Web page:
At the time I didn’t know what to make of what she said. But I didn’t then and don’t know now how to work any other way.

A few years later, at that same job, I would come to understand the need people had to work from objective and objectifying stances rather than out of their subjectivity.

On the unit we all had small safety windows in our offices – so therapists and mentally ill clients could feel both safe together talking with the doors shut. As I sat at my desk to take my lunch break, and get some paperwork done, I felt several pairs of eyes peering at the back of my neck. I looked out the window to see four or five of my clients lined up to peek in on me, one after another, while I ate.

I opened the door:

“What’s up ? Can I help you guys? I’m on a break right now okay?”

“Come on” one of the older guys said to the crew “we better go so that we don’t use her all up!

I was getting used up, although it was never because of  them. The agency and mental health system I worked in wasn’t designed to support those who worked like me. It was designed to socially control the greatest number of people for the least amount of money. Commitment, abidingness, endurance, resolve, availability, intuition and meaning were far less important than outcomes and measures, and the elimination of unwanted behavior.

Although it is true, then and now, that I must always be vigilant not to give too much, not to give more than is required, or needed. I remain careful not to ever give in a way that will make others feel indebted to me or that leaves me drained or resentful. But that is my job, my responsibility to regulate. And if, and when, I give more than I can afford, or more than others need of me, it is my job to correct and compensate for, and never ever because others have used me up.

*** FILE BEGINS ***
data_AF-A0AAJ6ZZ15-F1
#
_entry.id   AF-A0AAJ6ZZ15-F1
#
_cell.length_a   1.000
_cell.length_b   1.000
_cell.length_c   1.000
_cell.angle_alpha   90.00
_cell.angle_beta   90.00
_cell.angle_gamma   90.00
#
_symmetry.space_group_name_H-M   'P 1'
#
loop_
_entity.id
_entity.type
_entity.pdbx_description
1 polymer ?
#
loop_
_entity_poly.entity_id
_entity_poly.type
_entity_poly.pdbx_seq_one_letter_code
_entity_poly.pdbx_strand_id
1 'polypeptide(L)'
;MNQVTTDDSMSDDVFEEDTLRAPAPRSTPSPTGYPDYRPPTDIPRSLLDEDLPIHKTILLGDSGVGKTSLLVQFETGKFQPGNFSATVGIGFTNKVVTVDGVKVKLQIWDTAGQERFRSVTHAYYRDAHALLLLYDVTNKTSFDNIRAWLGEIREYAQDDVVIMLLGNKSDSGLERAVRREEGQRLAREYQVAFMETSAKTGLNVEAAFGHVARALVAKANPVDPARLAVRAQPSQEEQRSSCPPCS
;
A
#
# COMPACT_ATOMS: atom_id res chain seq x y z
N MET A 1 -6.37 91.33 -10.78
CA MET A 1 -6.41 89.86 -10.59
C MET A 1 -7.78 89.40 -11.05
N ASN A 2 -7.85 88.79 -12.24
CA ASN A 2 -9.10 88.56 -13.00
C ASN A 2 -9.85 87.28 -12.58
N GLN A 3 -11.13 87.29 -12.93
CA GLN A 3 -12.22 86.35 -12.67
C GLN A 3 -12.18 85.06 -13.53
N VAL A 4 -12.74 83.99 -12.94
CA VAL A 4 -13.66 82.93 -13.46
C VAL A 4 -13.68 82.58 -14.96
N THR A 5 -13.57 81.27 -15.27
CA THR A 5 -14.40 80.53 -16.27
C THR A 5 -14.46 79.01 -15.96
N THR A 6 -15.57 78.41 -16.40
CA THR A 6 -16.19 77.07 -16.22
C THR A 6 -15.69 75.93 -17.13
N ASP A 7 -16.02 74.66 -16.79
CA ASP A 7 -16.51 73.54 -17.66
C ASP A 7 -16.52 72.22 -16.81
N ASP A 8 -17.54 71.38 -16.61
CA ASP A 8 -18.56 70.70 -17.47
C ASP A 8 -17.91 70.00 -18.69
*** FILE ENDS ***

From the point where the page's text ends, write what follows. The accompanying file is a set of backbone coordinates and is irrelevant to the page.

On my long morning run just after an introduction to a perfectly nice evidence based psychotherapist who had recited his alphabet soup of what he “did”, I heard these words rising up from my beating heart:

“Its the relationship that heals it is the relationship that heals the relationship that heals. This is my fervent belief and this is where I put my professional faith”

When I got home, I googled a bit trying to locate the rhythm and the cadence of these familiar words and realized that this mantra had resurfaced, slightly paraphrased, from a book I had read only once over twenty years ago:

It’s the relationship that heals, the relationship that heals, the relationship that heals – my professional rosary.  ~ Yalom, I. (1989), Love’s Executioner, London: Penguin Books, p.91

My acupuncturist once said to me: “I don’t know how you do it. How you work the way  you do.”

I don’t always manage as well as I would like.

When my own life becomes a challenge or crisis erupts for me, or when I foolishly attempt an “objective” survey of the scope of what I have undertaken I can overwhelm myself: Caring for my elders, for my children, for clients. When I attempt to itemize the breadth and depth and range  of all the different forms of care-taking I am immersed in, when I look at my days and weeks and attempt to catalogue all the pain, fear, vulnerability and dependency that is attached to me I sometimes fear that I can be used up and that I could drown in a flood of other people’s needs.